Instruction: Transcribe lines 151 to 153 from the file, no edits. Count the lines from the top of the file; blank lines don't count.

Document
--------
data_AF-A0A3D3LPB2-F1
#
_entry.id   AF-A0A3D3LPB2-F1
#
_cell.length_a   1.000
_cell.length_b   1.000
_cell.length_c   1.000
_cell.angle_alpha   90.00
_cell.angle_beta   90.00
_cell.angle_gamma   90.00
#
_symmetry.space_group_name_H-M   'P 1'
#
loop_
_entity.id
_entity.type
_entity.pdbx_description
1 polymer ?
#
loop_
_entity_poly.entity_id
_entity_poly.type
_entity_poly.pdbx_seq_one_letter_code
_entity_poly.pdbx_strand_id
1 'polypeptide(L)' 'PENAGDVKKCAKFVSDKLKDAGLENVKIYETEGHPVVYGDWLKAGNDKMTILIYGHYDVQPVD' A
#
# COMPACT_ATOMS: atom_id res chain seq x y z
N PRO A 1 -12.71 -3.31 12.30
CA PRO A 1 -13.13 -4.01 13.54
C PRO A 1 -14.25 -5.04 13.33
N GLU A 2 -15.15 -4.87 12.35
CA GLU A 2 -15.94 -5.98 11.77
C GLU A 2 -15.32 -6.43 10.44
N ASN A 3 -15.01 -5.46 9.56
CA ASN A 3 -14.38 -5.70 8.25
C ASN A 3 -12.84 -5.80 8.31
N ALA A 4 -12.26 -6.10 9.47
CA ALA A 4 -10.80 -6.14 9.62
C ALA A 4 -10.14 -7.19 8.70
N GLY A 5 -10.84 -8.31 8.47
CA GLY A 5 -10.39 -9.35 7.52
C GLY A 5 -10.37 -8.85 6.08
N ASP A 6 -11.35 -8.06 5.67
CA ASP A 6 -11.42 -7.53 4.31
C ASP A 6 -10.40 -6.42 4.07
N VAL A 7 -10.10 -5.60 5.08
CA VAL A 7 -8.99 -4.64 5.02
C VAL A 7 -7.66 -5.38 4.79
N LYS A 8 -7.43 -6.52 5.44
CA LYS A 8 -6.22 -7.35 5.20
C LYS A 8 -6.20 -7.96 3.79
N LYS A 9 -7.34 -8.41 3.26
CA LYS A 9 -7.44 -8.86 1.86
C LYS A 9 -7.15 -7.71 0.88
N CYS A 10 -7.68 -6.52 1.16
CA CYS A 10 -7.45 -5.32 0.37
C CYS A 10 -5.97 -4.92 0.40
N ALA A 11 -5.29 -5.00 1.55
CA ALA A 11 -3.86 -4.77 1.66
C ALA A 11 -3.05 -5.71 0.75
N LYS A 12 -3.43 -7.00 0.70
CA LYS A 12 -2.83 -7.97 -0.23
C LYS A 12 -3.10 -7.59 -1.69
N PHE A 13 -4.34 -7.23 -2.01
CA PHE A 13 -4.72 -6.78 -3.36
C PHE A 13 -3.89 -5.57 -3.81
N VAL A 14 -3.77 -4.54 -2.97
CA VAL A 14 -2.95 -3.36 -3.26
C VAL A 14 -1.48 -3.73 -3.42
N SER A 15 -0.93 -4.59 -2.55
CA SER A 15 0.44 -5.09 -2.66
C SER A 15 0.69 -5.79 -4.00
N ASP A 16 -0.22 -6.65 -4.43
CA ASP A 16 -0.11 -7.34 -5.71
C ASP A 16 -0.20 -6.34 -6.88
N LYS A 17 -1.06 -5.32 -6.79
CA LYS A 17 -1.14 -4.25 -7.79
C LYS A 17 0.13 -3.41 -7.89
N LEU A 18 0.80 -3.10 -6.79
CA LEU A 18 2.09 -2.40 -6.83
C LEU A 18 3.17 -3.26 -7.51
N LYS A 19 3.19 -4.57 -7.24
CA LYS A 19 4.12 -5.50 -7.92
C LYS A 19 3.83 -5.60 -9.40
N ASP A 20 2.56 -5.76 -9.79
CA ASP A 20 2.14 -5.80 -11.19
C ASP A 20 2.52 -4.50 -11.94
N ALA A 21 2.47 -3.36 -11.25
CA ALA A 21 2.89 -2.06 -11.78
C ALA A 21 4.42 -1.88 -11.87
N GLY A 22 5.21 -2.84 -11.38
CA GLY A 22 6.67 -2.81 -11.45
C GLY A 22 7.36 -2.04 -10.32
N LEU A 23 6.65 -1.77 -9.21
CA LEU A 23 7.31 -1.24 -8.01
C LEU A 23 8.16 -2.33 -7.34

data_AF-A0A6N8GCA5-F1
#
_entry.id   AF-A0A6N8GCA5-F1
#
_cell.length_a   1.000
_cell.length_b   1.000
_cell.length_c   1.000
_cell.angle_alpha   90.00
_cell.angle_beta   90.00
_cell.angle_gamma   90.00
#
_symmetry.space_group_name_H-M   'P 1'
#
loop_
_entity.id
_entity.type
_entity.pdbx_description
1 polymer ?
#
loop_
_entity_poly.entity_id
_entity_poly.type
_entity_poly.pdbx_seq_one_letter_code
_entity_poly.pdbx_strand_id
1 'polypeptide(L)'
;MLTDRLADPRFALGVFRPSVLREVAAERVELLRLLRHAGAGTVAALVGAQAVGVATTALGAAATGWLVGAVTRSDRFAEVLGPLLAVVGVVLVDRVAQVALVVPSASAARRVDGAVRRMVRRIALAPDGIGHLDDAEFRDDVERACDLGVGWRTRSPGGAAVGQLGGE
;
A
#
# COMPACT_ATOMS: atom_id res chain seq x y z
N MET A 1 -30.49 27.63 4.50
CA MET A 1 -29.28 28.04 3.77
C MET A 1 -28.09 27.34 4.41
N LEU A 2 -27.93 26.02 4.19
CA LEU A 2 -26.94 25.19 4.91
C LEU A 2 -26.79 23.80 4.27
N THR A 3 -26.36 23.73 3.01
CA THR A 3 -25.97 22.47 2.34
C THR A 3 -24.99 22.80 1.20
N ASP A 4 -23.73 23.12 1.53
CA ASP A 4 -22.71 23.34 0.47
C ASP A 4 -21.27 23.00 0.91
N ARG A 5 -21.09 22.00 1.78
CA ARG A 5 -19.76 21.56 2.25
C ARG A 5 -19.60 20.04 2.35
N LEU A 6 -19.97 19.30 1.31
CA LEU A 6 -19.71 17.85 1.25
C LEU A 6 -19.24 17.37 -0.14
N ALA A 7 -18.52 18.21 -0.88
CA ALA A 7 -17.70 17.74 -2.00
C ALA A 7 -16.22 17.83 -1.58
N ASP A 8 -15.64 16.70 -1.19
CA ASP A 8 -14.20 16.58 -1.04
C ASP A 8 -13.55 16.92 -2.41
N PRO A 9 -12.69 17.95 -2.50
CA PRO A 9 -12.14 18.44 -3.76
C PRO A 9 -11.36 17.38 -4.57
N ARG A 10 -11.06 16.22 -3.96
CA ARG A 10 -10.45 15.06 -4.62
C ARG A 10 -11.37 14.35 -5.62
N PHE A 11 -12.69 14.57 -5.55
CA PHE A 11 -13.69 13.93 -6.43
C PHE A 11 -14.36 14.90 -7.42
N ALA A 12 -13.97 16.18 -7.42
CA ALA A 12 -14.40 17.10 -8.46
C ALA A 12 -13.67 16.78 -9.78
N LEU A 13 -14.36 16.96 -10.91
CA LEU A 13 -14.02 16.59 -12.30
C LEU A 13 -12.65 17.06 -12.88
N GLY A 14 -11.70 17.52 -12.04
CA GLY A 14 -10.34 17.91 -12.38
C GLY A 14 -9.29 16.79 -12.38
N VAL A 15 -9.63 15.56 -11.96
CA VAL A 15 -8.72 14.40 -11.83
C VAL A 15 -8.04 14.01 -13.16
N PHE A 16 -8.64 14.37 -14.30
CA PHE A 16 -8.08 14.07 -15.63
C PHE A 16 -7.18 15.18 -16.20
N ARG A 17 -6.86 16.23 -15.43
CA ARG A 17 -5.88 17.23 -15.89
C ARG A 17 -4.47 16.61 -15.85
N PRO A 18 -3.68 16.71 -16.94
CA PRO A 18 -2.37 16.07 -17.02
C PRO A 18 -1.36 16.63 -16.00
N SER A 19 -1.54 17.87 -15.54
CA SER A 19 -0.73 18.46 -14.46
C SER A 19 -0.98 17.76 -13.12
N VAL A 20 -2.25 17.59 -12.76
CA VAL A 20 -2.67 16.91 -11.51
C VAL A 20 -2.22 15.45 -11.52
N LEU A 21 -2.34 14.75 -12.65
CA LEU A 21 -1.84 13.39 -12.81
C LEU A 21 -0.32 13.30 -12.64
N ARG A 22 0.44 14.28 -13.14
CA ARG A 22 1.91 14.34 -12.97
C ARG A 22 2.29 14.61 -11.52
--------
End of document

N PRO A 9 -12.69 17.95 -2.50
CA PRO A 9 -12.14 18.44 -3.76
C PRO A 9 -11.36 17.38 -4.57